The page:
Owning the Saints, Part Two

Daniel Shirey-US PRESSWIRE

Ain't gonna tell no lie, last night's game was awesome.

Last year's game against the Saints in the Georgia Dome was a heartbreaker, and Falcons fans cringed at the resounding chants of "Who dat?" that echoed through the Dome. Last night, the Saints fans in attendance never really got going. The Falcons silenced them early with an extremely efficient drive resulting in a touchdown, and the rest of the game pretty much answered Saints fans' rhetorical question.

Atlanta's offense never did replicate the purpose and effectiveness they showed on that first drive. The Falcons were coming off of a short week after a physical game in Tampa Bay, and facing a division opponent that is overly familiar with their tendencies. Their third down conversion rate was abysmal, converting just one of 11 third downs. Matt Ryan had just 165 yards passing. They could not sustain offensive drives, leaving the defense on the field, and the ball in Drew Brees' hands, far too long. Michael Turner fumbled in the red zone (on a play that should have been whistled dead long before the fumble as forward progress was stopped, but I digress.)

The offense simply looked anemic, yet still managed to do enough, with considerable help from Atlanta's defense, to put away one of the most explosive offenses in the NFL. It is difficult to deny the potential of a team that can pull off a win under these circumstances.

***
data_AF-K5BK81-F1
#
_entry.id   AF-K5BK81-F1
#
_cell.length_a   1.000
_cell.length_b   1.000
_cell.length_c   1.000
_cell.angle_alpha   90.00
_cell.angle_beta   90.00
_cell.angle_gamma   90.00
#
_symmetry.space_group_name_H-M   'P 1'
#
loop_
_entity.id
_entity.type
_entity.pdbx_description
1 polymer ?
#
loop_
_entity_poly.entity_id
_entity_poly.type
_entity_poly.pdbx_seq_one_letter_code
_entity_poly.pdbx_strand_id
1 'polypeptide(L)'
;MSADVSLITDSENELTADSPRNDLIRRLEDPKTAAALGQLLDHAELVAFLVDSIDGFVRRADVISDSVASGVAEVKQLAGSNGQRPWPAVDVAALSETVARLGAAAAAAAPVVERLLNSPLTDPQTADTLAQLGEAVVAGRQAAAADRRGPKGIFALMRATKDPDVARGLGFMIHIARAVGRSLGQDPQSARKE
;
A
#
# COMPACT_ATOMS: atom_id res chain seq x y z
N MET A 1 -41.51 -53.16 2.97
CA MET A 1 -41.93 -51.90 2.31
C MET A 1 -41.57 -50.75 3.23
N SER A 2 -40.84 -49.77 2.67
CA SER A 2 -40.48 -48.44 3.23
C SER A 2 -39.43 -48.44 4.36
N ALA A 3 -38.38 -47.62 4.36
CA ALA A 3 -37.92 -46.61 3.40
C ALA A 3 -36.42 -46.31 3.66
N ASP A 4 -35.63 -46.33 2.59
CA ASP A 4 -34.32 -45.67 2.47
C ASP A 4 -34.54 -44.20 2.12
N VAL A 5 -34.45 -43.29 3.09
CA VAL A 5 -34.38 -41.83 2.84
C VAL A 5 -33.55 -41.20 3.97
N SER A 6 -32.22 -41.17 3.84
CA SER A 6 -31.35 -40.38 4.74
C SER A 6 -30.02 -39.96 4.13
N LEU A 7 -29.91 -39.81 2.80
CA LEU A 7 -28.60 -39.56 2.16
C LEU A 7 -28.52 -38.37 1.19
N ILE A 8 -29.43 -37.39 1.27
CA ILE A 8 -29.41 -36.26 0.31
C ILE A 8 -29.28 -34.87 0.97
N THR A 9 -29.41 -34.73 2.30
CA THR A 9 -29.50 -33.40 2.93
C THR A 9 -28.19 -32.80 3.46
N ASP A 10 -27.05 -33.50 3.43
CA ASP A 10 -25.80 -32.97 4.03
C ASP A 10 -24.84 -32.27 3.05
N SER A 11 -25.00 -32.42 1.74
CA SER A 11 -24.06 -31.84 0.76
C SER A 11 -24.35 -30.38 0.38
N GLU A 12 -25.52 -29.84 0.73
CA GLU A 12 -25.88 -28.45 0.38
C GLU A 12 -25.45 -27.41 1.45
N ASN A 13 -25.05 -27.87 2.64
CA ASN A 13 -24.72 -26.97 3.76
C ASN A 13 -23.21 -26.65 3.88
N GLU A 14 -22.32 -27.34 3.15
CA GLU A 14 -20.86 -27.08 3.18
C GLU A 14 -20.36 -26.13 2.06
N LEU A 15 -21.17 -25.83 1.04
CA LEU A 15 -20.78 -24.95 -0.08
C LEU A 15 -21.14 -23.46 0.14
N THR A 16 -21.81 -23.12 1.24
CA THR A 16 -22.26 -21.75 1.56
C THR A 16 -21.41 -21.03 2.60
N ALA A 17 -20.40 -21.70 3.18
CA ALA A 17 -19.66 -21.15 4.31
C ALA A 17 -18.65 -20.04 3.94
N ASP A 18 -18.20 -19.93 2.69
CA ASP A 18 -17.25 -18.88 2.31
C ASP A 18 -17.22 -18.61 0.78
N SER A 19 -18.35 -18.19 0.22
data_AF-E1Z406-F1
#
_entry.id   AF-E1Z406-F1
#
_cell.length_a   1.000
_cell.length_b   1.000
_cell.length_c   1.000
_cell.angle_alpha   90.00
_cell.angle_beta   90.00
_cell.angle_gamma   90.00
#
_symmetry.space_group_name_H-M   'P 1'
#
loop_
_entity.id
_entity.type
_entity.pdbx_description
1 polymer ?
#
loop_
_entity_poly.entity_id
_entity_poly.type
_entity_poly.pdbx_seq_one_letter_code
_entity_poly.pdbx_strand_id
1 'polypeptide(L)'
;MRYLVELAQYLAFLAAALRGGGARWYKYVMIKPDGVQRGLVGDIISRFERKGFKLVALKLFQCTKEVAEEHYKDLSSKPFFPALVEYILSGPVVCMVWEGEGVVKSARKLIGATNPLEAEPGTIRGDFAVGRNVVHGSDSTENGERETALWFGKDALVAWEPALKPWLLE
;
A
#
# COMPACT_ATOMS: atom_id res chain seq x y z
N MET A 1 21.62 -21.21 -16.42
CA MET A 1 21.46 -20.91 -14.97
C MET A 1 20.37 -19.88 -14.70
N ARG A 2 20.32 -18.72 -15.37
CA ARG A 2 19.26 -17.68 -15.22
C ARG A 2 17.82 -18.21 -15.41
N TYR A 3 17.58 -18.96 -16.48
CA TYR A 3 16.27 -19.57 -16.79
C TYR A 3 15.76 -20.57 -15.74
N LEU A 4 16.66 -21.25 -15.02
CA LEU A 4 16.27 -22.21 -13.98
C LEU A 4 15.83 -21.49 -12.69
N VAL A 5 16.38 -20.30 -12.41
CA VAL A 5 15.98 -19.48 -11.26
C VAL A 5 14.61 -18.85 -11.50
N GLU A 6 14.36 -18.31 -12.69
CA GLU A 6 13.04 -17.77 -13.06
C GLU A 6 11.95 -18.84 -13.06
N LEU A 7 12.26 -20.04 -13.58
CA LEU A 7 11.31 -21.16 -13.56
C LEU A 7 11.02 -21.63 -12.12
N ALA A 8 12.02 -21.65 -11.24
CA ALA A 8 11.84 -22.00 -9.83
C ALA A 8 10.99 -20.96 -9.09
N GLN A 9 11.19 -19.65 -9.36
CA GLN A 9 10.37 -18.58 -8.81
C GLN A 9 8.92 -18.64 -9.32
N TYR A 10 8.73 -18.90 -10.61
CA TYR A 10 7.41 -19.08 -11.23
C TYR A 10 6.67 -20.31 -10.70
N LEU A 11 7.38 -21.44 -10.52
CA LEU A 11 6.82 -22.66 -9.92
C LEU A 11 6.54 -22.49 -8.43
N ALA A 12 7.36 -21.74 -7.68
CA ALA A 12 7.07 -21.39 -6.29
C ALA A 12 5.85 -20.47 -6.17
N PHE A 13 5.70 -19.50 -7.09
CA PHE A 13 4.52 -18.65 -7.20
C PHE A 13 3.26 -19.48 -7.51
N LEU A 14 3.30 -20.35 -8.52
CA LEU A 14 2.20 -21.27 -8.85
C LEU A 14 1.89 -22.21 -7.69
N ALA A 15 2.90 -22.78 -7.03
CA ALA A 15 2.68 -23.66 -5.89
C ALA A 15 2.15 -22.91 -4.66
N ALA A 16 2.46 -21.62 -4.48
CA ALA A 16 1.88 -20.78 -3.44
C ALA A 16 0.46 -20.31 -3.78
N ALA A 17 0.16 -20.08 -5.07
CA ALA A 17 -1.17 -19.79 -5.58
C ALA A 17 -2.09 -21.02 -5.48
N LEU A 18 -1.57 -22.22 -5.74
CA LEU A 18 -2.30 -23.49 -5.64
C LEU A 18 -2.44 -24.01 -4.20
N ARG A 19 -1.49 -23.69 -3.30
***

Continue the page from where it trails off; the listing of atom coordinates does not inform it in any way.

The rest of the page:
Matt Bosher and Matt Bryant were solid against the Saints. Bosher averaged an excellent 53.2 yards per punt, and Bryant was back to form, completing a 55 yard field goal for a little bit of breathing room in the fourth quarter.

Atlanta's defense was dominant throughout the game, ending Drew Brees' historic streak of 54 consecutive games with a passing touchdown. The pressure on Brees was consistent, with one sack by John Abraham, and three hits and 14 hurries. Asante Samuel, dealing with a shoulder injury, only played three snaps, and the "next man up" philosophy was definitely at work, with Chris Owens and Robert McClain performing admirably in coverage. Oh, and Drew Brees was intercepted a total of five times, with Jonathan Babineaux, Sean Weatherspoon, Thomas DeCoud all getting in on the action, and William Moore was so ready that he picked off Brees twice. Corey Peters tipped a pass to himself on what should have been a sixth interception, but the play was negated by an offsides penalty. Oh well, there's no reason to be greedy.

The Saints have been a consistent stumbling block for the Mike Smith-era Falcons. A win over the Saints confirms that history does not necessarily have to repeat itself for the 2012 Falcons. Regardless of New Orleans' record, this was a big game for a Falcons team that is constantly labeled as unable to win the big game. This was a game against a team with a losing record that thought so little of the Falcons abilities and success despite their own shortcomings, Drew Brees persisted in the foolish proclamation that the Saints own the division and the Falcons know it. With the Falcons flying high at 11-1, clearly Brees is mistaken.

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